The European heritage advocacy organisation Europa Nostra has joined local activists in opposing the Serbian government’s plan to construct a cable car system across the Sava river that would link a Belgrade shopping centre with the city’s ancient fortress, a candidate for Unesco World Heritage status.
Known as Kalemegdan, the fortress served as a military site for the defence of the Roman Empire in the first century AD and has yielded archaeological evidence of human presence since the Neolithic period. From its majestic perch at the top of a hill, it commands views of the city and the confluence of the Sava and Danube rivers.
“Should the proposed construction of the cable car system be implemented, the Belgrade fortress and its surrounding area would be negatively and irreparably affected, harming invaluable cultural heritage,” says Irina Subotic, the head of Europa Nostra in Serbia.
Demonstrators have taken to the streets in Belgrade and other Serbian cities this year to protest against attacks on journalists and politicians, and to demand free and fair elections. The cable car debate has become a flashpoint for anti-government activists in a turbulent political climate, Subotic says.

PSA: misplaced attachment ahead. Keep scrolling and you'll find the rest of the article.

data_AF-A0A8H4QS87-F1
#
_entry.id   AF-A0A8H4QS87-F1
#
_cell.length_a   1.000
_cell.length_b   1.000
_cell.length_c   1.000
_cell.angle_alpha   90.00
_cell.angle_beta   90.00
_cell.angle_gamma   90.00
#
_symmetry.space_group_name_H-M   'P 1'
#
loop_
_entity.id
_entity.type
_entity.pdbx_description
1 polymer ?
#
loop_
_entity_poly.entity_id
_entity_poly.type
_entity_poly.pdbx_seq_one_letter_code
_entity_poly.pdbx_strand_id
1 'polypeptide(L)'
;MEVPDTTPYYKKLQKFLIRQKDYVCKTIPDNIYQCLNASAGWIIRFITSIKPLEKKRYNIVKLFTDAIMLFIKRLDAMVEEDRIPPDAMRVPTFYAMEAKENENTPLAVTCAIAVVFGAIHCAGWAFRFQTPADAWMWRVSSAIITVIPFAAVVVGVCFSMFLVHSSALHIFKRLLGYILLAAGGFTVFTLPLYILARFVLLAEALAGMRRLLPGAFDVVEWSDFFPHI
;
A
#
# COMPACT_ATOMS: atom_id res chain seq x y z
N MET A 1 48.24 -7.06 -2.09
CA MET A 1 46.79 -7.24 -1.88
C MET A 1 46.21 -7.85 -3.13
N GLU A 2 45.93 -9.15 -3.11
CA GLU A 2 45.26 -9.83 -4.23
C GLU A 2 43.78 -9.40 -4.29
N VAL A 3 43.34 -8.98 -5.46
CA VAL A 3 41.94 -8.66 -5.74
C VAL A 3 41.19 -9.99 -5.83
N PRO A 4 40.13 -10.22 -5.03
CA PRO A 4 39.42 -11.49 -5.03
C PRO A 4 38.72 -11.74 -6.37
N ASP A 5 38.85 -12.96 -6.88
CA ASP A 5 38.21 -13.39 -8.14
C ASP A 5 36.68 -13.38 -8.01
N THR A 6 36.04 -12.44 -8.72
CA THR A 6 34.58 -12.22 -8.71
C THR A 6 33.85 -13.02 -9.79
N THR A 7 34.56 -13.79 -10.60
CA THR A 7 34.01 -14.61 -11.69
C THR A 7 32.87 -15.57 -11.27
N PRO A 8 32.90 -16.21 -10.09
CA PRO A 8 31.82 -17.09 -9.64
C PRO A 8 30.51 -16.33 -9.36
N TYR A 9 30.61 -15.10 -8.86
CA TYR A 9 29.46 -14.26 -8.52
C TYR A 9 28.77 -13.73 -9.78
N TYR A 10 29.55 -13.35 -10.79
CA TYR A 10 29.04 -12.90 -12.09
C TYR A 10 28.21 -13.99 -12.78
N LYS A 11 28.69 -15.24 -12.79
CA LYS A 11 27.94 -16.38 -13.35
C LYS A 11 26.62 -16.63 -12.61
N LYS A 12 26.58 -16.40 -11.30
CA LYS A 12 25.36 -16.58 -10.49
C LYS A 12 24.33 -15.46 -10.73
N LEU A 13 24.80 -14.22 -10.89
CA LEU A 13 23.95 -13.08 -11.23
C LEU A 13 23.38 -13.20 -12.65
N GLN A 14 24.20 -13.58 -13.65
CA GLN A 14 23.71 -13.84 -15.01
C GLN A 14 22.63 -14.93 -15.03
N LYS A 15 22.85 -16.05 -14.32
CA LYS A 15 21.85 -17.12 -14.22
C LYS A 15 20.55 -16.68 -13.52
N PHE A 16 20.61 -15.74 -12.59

In April, the Serbian Administrative Court ruled that construction should be suspended and questioned the legality of a permit issued by the infrastructure ministry after a local NGO complained that no studies had been conducted on the environmental and heritage impact. “This is the beginning and we hope there will be more similar decisions,” Subotic says.
Local activists have gathered more than 15,000 signatures against the construction of the cable car line, which they say contravenes heritage laws and risks damaging the walls of the fortress, as well as disrupting views from the city. Europa Nostra has written to Unesco and the European Commission for support, and sent a delegation to meet with the Serbian prime minister Ana Brnabić.
The planned 1km route of the cable cars, envisaged as a tourist attraction, will cost €15m and requires six concrete support posts. The contract to build it was awarded in December to a consortium led by Leitner AG, a company based in Italy that constructs cable cars for ski resorts and cities around the world.